Q: How does one pack for 100 days of travel?
A: The same way as one packs for 3 or 7 or 10 or 14 days of travel.
Apologies in advance if you were expecting a long post full of pictures and reviews on every single item that we packed for the big trip. You won’t find this here. Instead, we simply offer some suggestions and a downloadable resource that helped us get started and might hopefully help you navigate the topic for your next trip, whether it be for a weekend out of town or to plan for months abroad.
First: The Freebie: “The Kitchen Sink” Packing List (PDF Download, 116kb)
Over the course of many trips, we’ve compiled a packing list I like to refer to as “The Kitchen Sink”. To be clear, the goal here is to NEVER actually pack everything on this list for a single trip, but instead to use this list as a comprehensive set of options that should be carefully tailored (read: reduced substantially) to the needs of the specific travel type, location, and duration. At 160+ items, it is a long list, but quite often we will actually pack less than 1/3 of the items from “The Kitchen Sink”. (Note: This list is somewhat slanted towards international travel with cruising included, but for the most part, this list still covers a majority of most travel needs.)
Second: Define the Number of “Packing Rotations” for Your Trip
A “Travel Rotation” is the period of time that you base your packing on and is defined by a dividing the total number of travel days by the number of rotations you want to have during the travel. Example: If you are travelling for 12 days, your rotation might be 3 days (4 rotations), 4 days (3 rotations), or 6 days (2 rotations) in length. The length of the rotation will help you define the amount and types of clothing, toiletries, and types of items to pack. Once the rotation is complete, clothes can be laundered (hand or machine), toiletries/medications can be replenished (purchased or refilled), or various items replaced as you go. For beginners, on any trip of 10 days or more, start with 2 rotations (5 days each) and as you get the hang of the process, move up to 3+ rotations (3-5 days each) for a trip of 14 days or more. For our 100 day trip, we anticipate anywhere between 10 and 14 rotations (7-10 days each) depending on specific weather, clothing requirements (casual vs. formal & relax vs. active) as we go.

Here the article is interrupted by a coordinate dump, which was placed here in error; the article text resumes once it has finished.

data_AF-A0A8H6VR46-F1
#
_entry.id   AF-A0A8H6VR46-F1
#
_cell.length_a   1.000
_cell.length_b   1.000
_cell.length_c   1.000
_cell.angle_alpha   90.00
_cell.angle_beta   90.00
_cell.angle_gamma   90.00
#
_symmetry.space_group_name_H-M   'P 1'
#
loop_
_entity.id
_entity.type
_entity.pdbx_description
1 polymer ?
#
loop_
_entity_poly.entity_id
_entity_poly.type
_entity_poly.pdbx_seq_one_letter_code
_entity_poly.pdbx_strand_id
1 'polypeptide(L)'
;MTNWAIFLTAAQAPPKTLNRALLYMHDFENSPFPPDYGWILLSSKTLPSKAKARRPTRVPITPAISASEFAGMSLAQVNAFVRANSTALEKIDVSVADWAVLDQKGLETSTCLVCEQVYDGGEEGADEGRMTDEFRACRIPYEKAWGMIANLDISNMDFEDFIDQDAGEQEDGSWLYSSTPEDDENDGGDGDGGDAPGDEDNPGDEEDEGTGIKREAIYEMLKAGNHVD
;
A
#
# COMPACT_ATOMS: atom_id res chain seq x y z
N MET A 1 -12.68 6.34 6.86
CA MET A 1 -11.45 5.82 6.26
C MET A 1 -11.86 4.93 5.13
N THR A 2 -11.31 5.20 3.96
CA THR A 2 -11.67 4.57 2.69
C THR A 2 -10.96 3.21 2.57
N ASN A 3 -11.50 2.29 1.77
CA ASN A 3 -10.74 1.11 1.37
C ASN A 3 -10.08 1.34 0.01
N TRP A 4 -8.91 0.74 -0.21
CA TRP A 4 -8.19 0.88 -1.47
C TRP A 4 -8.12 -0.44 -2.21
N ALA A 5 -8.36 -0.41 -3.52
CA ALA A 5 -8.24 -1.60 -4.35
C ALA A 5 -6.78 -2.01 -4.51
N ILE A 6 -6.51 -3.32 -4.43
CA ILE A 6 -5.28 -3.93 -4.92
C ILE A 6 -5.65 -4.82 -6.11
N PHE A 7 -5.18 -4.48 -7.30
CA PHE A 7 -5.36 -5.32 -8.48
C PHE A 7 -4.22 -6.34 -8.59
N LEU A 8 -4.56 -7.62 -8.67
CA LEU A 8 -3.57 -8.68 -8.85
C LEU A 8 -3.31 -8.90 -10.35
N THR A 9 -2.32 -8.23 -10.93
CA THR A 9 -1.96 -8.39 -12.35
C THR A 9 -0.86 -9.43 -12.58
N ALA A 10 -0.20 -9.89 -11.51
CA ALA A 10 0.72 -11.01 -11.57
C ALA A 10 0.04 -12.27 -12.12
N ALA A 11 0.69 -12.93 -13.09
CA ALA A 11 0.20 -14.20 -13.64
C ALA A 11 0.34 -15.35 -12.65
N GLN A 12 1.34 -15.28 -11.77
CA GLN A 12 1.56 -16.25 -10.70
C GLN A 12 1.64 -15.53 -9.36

Third: When All Else Fails — Let The Airlines Define Your Packing Allowance
On our international flights for this trip, we each get one free checked bag of 50 pounds (23kg) and one carry on of 15 pounds (7kg). After all was said and done, our checked luggage is running about 40 pounds and carry on is running about 12 pounds. Staying at 80% of allowance gives us some flexibility as we go for new purchases or maybe an occasional bottle (or two) of wine along the way.
A Few Additional Details…
>> Choosing Clothes
With temperature swings expected from the upper 30s and low 40s (0-5 degrees C) in New Zealand to well over 100 degrees (40 degrees C) in Ayers Rock, Australia, and plenty of sun, wind, rain, and humidity in between, we needed to ensure that we were well prepared and packed that aligned with a single theme: Less Pack — More Use For us, this translates to lightweight, easy to clean, quick dry layers in basic color palettes (black, blue, gray, etc.) that can individually or in combination, accommodate cool, wet evenings and can also quickly adjust for hot, dry days. Everything we pack has multiple uses and can be mixed and matched with everything else. If the clothing only has a single use, it couldn’t make the cut.
>> A Suitcase?
Quick sidebar that needs to be addressed early on… We’re each taking a medium size roller bag suitcase and a carry on bag for the trip. (Cue the needle scraping across the surface of the record sound…) What?!?!?
I can hear the travel purists now… “Where’s the backpack?” “You’re going on a 100 day trip, attempting to be ‘global travelers’ and you aren’t packing everything you own into a backpack?” “What the #$%@?”
Now before you all go and disavow any knowledge of our existence, there are a few pro/con arguments that helped us to reach this decision:
1) We will spend about half of our time for this trip on a cruise ship, where we will only have to pack and unpack ONCE. Most of the remaining days, we will have a rented car, so the luggage will not be on our backs, but rather in the trunk of a car or stored under the bed, so why go out and purchase a travel pack, when we have perfectly good and working suitcases available?
2) As we will be on the above mentioned cruise ship, we will need to pack a suit, shirts, and ties (Darin) and formal evening wear (Natalie) to be mixed and matched for several formal evenings. Packing a suit and dressy dresses into a backpack just seems sacrilegious anyways, so to maintain the integrity of the true traveler’s backpack, we opted to stick with the suitcase.
>> If You Have Questions, We Are Very Happy to Answer…
We expect some questions about our selections, your feedback, and plenty of scrutiny about the information shared, so drop us a comment or question below and we will answer it as quickly as we can.